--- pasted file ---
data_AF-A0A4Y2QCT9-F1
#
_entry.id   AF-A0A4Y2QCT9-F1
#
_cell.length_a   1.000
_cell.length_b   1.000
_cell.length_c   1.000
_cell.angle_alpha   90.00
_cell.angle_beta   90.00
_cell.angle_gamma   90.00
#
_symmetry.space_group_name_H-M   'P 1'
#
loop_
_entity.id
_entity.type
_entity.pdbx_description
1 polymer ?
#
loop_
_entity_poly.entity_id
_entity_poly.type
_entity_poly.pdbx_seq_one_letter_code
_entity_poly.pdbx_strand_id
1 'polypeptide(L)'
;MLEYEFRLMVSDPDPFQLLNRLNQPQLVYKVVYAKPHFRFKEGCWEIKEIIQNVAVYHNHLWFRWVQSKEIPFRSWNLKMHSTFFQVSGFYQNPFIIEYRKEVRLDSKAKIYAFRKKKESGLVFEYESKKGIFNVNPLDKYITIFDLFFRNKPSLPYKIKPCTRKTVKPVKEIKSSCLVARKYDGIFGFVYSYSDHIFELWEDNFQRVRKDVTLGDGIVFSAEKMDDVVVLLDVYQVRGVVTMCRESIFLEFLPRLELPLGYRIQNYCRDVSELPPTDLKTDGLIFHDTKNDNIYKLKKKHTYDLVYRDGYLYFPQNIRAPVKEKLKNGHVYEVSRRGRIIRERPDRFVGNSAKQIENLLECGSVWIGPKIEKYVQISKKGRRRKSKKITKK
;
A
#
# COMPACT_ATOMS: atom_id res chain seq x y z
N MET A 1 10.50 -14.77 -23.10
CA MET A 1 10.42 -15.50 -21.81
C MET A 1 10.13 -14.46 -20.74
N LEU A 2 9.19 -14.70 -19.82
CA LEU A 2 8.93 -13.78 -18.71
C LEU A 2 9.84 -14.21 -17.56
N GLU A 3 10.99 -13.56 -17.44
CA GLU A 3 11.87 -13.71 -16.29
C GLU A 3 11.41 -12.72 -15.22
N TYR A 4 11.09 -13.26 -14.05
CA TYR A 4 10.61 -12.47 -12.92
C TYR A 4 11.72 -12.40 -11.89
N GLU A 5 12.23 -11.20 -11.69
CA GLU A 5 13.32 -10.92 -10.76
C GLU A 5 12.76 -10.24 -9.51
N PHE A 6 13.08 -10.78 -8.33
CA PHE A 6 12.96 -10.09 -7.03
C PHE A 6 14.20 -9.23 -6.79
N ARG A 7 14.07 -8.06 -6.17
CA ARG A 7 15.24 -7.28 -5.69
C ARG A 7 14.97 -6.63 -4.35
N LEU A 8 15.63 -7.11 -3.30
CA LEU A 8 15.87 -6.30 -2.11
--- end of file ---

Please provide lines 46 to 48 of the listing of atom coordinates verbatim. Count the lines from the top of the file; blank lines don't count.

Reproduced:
N PHE A 6 13.08 -10.78 -8.33
CA PHE A 6 12.96 -10.09 -7.03
C PHE A 6 14.20 -9.23 -6.79